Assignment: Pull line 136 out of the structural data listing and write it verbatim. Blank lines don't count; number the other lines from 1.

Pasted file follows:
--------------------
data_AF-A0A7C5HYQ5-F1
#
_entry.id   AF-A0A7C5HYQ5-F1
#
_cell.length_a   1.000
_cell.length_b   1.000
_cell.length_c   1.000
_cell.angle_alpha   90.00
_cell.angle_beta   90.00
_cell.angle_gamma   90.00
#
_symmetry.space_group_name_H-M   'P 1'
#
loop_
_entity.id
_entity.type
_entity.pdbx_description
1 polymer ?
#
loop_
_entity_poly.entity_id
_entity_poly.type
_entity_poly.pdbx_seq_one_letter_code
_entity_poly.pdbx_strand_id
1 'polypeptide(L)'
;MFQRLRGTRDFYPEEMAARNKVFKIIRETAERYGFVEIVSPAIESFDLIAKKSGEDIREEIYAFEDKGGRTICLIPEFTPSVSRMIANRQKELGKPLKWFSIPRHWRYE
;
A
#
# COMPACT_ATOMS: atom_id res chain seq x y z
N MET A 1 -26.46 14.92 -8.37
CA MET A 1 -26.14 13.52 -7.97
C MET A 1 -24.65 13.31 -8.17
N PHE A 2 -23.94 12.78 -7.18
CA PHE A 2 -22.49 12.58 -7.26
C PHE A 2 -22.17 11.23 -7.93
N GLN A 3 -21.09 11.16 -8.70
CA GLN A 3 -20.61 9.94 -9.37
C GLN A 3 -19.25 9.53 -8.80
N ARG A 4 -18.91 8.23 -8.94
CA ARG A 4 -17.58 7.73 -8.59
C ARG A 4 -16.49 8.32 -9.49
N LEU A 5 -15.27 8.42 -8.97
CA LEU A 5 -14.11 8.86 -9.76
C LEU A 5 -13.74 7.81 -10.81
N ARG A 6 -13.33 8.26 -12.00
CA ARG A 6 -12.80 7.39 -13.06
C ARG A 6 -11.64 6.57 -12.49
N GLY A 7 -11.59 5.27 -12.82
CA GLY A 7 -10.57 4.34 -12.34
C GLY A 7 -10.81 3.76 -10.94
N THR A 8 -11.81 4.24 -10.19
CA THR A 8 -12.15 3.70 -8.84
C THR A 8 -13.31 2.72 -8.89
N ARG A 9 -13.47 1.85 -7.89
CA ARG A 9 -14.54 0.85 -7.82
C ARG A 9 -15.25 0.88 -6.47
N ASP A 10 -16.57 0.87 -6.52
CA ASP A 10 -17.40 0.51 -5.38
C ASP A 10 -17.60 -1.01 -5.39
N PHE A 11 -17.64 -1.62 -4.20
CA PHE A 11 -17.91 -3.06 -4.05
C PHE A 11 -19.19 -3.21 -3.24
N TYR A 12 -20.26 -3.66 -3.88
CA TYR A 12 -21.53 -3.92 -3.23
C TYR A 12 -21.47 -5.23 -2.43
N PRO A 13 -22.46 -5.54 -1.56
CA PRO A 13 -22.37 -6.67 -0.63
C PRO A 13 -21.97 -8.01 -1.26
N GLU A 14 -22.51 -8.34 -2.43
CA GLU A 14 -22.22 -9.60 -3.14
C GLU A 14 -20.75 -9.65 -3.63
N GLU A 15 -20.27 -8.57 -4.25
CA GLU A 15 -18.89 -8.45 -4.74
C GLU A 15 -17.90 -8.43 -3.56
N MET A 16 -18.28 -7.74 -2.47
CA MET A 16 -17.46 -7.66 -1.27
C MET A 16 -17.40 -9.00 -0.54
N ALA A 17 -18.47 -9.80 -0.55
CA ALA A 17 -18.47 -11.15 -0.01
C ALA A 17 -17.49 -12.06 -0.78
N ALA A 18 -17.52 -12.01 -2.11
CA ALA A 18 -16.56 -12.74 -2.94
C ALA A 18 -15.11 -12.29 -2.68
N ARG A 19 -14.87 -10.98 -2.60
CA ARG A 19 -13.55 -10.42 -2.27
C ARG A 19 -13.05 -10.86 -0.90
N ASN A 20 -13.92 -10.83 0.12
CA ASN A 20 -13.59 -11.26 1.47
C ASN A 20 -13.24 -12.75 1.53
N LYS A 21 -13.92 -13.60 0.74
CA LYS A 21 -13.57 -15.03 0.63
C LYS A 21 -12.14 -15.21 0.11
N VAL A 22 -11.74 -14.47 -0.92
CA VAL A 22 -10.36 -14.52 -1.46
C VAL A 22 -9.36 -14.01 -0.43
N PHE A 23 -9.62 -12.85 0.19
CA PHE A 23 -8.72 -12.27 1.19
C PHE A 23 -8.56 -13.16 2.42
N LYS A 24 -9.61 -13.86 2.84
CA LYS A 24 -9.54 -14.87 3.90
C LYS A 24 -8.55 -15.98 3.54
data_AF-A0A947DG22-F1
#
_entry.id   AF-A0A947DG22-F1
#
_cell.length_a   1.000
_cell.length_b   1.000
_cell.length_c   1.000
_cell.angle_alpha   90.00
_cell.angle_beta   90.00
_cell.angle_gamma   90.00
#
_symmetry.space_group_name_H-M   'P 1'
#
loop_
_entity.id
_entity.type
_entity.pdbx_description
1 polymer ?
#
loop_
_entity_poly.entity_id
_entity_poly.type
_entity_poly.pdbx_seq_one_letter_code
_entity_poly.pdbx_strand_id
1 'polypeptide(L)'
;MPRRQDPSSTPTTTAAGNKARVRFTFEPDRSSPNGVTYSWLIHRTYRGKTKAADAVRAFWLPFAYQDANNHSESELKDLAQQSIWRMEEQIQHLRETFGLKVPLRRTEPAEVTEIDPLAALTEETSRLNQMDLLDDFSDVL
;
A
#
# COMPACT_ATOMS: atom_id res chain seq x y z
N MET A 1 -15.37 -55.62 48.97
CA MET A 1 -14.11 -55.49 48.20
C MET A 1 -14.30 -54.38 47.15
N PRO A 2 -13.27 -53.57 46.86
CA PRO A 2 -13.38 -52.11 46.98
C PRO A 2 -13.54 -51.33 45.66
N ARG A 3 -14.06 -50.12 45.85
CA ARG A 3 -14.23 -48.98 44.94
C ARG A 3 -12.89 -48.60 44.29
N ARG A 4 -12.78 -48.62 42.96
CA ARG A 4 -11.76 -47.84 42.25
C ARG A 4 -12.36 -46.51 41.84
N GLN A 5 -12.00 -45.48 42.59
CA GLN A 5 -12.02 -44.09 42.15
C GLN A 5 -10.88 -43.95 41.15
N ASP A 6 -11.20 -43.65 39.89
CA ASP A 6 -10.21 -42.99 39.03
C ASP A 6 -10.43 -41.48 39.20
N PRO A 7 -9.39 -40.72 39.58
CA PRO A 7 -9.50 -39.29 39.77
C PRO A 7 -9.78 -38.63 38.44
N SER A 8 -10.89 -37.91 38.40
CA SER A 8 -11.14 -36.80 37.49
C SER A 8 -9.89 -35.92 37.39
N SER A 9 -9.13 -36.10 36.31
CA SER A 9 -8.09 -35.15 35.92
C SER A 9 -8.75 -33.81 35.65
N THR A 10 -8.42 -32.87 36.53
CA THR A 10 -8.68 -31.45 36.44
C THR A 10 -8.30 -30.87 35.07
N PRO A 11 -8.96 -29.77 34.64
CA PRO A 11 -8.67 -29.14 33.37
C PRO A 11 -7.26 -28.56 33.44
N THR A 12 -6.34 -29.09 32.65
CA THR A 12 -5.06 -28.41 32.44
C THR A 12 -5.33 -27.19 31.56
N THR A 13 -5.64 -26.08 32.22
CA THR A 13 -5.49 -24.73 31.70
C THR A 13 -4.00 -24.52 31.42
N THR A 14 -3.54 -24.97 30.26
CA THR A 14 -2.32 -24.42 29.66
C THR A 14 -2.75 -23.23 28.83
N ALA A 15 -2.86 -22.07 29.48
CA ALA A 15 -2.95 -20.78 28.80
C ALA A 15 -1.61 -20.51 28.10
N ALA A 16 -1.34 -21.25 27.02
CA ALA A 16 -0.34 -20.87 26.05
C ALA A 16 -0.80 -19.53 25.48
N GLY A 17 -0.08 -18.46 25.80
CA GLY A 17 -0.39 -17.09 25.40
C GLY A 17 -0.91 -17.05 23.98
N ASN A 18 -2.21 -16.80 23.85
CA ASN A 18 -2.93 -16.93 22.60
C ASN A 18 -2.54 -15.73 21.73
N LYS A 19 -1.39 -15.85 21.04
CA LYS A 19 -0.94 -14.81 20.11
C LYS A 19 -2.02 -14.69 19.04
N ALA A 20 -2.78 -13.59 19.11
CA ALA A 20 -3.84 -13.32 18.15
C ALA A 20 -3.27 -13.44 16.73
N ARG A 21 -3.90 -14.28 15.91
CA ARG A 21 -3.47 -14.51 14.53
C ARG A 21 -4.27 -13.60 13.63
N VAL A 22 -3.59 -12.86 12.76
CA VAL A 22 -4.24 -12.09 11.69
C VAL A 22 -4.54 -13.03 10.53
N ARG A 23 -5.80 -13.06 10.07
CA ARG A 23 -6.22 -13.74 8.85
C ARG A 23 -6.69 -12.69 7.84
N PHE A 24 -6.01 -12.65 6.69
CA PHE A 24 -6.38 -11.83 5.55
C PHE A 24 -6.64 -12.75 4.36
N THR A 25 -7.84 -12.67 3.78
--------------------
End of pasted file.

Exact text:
N PRO A 2 -13.27 -53.57 46.86